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A Companion to David Lewis

Barry Loewer (Editor), Jonathan Schaffer (Editor)
ISBN: 978-1-118-60761-9
592 pages
February 2015, Wiley-Blackwell
A Companion to David Lewis (1118607619) cover image


In A Companion to David Lewis, Barry Loewer and Jonathan Schaffer bring together top philosophers to explain, discuss, and critically extend Lewis's seminal work in original ways. Students and scholars will discover the underlying themes and complex interconnections woven through the diverse range of his work in metaphysics, philosophy of language, logic, epistemology, philosophy of science, philosophy of mind, ethics, and aesthetics.

  • The first and only comprehensive study of the work of David Lewis, one of the most systematic and influential philosophers of the latter half of the 20th century
  • Contributions shed light on the underlying themes and complex interconnections woven through Lewis's work across his enormous range of influence, including metaphysics, language, logic, epistemology, science, mind, ethics, and aesthetics
  • Outstanding Lewis scholars and leading philosophers working in the fields Lewis influenced explain, discuss, and critically extend Lewis's work in original ways
  • An essential resource for students and researchers across analytic philosophy that covers the major themes of Lewis's work
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Table of Contents

Notes on Contributors ix

Part I Biography and New Work 1

1 Intellectual Biography of David Lewis (1941–2001): Early Influences 3
Stephanie R. Lewis

2 Counterparts of States of Affairs 15
David Lewis

3 Reply to Dana Scott, “Is There Life on Possible Worlds?” 18
David Lewis

Part II Methodology and Context 23

4 Lewis’s Philosophical Method 25
Daniel Nolan

5 On Metaphysical Analysis 40
David Braddon-Mitchell and Kristie Miller

6 A Lewisian History of Philosophy 60
Robert Pasnau

7 David Lewis’s Place in Analytic Philosophy 80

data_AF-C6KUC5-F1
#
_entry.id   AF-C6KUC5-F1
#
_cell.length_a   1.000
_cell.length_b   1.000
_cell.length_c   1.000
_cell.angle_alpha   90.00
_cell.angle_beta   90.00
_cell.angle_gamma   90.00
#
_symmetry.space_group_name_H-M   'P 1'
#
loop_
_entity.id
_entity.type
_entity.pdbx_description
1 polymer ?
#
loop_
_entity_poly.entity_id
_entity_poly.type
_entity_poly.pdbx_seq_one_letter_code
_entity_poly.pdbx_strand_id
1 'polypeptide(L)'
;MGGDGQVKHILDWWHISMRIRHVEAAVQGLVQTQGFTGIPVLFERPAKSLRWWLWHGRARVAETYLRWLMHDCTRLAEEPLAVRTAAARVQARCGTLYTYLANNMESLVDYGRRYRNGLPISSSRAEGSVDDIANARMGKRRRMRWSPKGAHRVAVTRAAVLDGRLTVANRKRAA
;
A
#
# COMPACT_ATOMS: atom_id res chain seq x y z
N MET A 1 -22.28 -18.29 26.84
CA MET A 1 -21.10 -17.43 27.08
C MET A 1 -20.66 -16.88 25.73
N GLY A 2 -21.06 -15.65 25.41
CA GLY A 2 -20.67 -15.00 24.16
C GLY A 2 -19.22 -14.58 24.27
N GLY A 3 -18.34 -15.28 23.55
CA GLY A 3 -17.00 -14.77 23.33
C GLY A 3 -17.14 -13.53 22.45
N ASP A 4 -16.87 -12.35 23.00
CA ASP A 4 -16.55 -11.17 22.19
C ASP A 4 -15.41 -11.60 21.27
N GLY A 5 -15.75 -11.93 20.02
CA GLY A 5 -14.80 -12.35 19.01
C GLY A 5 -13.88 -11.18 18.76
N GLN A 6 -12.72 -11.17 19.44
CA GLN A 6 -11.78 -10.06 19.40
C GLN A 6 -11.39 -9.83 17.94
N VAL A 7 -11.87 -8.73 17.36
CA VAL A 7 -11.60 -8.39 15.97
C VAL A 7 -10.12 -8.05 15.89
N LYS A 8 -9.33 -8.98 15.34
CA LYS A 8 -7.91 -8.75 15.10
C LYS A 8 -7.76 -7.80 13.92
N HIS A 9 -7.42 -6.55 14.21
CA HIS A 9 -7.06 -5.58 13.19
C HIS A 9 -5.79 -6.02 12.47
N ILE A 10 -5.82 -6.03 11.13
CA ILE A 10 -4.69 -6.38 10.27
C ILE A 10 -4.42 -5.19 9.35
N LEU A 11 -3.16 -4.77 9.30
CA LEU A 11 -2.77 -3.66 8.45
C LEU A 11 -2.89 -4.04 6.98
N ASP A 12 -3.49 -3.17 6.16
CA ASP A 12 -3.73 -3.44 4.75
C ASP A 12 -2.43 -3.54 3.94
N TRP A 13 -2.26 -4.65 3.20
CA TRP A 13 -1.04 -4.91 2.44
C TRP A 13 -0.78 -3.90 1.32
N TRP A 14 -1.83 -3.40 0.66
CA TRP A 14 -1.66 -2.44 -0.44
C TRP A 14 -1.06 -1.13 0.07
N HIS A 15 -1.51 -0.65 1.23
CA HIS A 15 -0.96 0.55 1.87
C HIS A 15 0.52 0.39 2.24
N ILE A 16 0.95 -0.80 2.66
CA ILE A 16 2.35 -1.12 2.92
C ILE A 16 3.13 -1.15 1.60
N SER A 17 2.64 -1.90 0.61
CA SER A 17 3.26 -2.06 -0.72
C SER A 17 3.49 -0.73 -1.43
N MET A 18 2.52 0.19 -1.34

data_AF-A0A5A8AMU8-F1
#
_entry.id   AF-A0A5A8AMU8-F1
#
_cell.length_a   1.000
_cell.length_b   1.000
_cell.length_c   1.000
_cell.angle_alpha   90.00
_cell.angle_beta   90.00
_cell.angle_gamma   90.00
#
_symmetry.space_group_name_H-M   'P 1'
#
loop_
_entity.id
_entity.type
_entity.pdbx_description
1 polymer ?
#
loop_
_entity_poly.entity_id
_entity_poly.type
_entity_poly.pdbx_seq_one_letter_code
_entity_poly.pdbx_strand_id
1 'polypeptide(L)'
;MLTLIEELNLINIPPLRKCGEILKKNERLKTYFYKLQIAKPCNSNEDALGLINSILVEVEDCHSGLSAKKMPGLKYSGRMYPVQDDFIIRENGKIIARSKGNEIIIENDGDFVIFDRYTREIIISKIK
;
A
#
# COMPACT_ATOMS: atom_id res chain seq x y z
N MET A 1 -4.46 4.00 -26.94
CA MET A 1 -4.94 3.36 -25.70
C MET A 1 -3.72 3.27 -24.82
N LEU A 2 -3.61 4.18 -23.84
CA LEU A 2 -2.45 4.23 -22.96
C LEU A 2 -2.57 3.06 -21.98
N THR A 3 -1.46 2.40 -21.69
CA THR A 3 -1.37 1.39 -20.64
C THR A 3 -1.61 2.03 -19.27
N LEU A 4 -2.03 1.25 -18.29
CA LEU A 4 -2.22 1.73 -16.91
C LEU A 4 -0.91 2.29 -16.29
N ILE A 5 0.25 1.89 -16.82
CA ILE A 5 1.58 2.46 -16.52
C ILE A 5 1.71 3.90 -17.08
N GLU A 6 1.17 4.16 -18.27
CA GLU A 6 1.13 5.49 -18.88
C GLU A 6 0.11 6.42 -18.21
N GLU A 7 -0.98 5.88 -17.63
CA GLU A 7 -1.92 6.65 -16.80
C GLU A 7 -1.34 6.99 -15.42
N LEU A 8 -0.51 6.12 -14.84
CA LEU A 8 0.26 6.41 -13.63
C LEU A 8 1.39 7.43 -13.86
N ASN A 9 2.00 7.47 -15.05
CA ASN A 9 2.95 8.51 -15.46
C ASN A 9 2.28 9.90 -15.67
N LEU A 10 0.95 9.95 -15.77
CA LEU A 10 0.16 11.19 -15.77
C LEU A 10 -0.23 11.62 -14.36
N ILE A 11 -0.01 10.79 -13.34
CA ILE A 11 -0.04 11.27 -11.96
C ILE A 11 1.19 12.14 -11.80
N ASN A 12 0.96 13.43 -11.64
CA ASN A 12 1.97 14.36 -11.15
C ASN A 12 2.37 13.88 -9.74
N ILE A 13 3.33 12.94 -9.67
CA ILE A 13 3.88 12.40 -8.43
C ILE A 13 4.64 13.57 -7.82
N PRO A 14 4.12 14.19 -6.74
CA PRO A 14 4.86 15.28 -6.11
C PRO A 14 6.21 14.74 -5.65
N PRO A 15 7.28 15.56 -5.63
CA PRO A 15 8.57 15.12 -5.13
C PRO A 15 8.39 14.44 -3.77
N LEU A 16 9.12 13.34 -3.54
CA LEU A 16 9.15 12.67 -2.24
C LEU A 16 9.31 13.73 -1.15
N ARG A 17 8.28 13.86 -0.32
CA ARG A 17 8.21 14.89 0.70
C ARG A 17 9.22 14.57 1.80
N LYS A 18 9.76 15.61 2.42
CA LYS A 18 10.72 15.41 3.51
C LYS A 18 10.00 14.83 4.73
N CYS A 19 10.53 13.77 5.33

Scott Soames

Part III Metaphysics and Science 99

8 Humean Supervenience 101
Brian Weatherson

9 No Work for a Theory of Universals 116
M. Eddon and C.J.G. Meacham

10 Hume’s Dictum and Metaphysical Modality: Lewis’s Combinatorialism 138
Jessica Wilson

11 Truthmaking: With and Without Counterpart Theory 159
Phillip Bricker

12 How to Be Humean 188
Jenann Ismael

13 Where (in Logical Space) Is God? 206
Stephanie R. Lewis

14 De Re Modality, Essentialism, and Lewis’s Humeanism 220
Helen Beebee and Fraser MacBride

15 David Lewis on Persistence 237
Katherine Hawley

16 “Perfectly Understood, Unproblematic, and Certain”: Lewis on Mereology 250
Karen Bennett

17 Humean Reductionism about Laws of Nature 262
Ned Hall

18 Why Lewisians Should Love Deterministic Chance 278
Rachael Briggs

19 Lewis on Causation 295
Christopher Hitchcock

Part IV Language and Logic 313

20 David Lewis on Convention 315
Ernie Lepore and Matthew Stone

21 Asking What a Meaning Does: David Lewis’s Contributions to Semantics 328
Barbara H. Partee

22 Accommodation in a Language Game 345
Craige Roberts

23 Lewis on Reference and Eligibility 367
J.R.G. Williams

24 On the Nature of Certain Philosophical Entities: Set Theoretic Constructionalism in the Metaphysics of David Lewis 382
Gideon Rosen

25 Primitive Self-Ascription: Lewis on the De Se 399
Richard Holton

26 Counterfactuals and Humean Reduction 411
Robert Stalnaker

27 On the Plurality of Lewis’s Triviality Results 425
Alan Hájek

28 Decision Theory after Lewis 446
John Collins

29 Lewis on Mereology and Set Theory 459
John P. Burgess

Part V Epistemology and Mind 471

30 Lewis on Knowledge Ascriptions 473
Jonathan Schaffer

31 Humility and Coexistence in Kant and Lewis: Two Modal Themes, with Variations 491
Rae Langton

32 Analytic Functionalism 504
Wolfgang Schwarz

33 Lewis on Materialism and Experience 519
Daniel Stoljar

Part VI Ethics and Politics 533

34 Lewis on Value and Valuing 535
Peter Railton

35 David Lewis’s Social and Political Philosophy 549
Simon Keller

Bibliography of the Work of David Lewis 562

Index 572

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Author Information

Barry Loewer is a Professor of Philosophy at Rutgers University and director of the Rutgers Center for Philosophy and the Sciences. He works mainly on philosophy of science, focusing on issues in philosophy of physics and metaphysics. His publications include “Counterfactuals and the Second Law,” “David Lewis’s Humean Theory of Objective Chance,” and “Why is There Anything Except Physics?”.

Jonathan Schaffer is Professor of Philosophy at Rutgers University. His research centers on metaphysics, epistemology, and language, and his publications include “Monism: The Priority of the Whole,” “On What Grounds What,” and “Knowing the Answer.”

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